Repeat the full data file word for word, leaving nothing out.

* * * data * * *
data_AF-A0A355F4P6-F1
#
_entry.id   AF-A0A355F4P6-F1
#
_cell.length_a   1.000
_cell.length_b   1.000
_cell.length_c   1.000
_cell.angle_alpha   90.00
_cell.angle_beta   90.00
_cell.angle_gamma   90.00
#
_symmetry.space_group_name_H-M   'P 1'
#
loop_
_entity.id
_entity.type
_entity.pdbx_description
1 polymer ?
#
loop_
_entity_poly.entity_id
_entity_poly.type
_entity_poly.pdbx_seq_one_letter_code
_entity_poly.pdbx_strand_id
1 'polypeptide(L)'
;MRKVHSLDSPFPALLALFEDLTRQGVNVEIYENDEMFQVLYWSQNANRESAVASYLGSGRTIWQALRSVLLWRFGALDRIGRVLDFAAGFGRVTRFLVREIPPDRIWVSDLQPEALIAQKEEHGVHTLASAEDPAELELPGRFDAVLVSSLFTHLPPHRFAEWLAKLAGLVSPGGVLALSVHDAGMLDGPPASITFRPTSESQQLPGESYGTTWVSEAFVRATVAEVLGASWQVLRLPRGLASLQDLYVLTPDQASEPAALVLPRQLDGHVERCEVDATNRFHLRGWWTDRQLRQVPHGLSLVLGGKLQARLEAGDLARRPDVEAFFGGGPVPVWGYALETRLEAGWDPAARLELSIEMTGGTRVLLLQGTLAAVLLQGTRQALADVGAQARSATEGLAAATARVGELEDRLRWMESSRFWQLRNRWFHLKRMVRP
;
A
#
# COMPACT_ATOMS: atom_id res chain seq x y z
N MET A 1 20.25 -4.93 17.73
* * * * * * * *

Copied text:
data_AF-A0A355F4P6-F1
#
_entry.id   AF-A0A355F4P6-F1
#
_cell.length_a   1.000
_cell.length_b   1.000
_cell.length_c   1.000
_cell.angle_alpha   90.00
_cell.angle_beta   90.00
_cell.angle_gamma   90.00
#
_symmetry.space_group_name_H-M   'P 1'
#
loop_
_entity.id
_entity.type
_entity.pdbx_description
1 polymer ?
#
loop_
_entity_poly.entity_id
_entity_poly.type
_entity_poly.pdbx_seq_one_letter_code
_entity_poly.pdbx_strand_id
1 'polypeptide(L)'
;MRKVHSLDSPFPALLALFEDLTRQGVNVEIYENDEMFQVLYWSQNANRESAVASYLGSGRTIWQALRSVLLWRFGALDRIGRVLDFAAGFGRVTRFLVREIPPDRIWVSDLQPEALIAQKEEHGVHTLASAEDPAELELPGRFDAVLVSSLFTHLPPHRFAEWLAKLAGLVSPGGVLALSVHDAGMLDGPPASITFRPTSESQQLPGESYGTTWVSEAFVRATVAEVLGASWQVLRLPRGLASLQDLYVLTPDQASEPAALVLPRQLDGHVERCEVDATNRFHLRGWWTDRQLRQVPHGLSLVLGGKLQARLEAGDLARRPDVEAFFGGGPVPVWGYALETRLEAGWDPAARLELSIEMTGGTRVLLLQGTLAAVLLQGTRQALADVGAQARSATEGLAAATARVGELEDRLRWMESSRFWQLRNRWFHLKRMVRP
;
A
#
# COMPACT_ATOMS: atom_id res chain seq x y z
N MET A 1 20.25 -4.93 17.73